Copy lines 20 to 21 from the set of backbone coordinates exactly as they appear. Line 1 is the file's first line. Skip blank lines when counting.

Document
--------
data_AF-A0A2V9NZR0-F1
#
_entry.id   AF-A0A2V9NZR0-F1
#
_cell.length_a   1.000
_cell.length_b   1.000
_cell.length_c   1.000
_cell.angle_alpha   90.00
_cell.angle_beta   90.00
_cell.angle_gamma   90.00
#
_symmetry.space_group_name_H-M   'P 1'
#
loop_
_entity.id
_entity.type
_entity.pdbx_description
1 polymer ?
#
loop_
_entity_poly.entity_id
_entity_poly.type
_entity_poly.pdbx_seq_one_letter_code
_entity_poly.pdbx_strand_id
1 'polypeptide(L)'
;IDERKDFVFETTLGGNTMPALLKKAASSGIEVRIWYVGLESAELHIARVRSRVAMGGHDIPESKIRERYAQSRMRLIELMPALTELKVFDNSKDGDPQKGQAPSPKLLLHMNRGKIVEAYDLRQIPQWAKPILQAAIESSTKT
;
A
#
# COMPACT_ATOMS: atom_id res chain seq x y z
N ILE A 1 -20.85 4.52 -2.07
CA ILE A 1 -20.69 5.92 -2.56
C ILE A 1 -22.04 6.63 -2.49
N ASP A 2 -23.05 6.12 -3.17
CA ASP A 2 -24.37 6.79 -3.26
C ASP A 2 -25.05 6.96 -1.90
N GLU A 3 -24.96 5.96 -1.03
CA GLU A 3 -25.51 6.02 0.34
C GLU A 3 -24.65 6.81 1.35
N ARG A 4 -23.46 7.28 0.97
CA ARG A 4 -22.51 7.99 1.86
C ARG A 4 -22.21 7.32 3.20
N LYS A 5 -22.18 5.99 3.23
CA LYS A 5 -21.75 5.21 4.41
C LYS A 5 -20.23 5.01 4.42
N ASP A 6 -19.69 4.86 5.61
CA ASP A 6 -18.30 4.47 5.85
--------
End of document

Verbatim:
loop_
_entity_poly.entity_id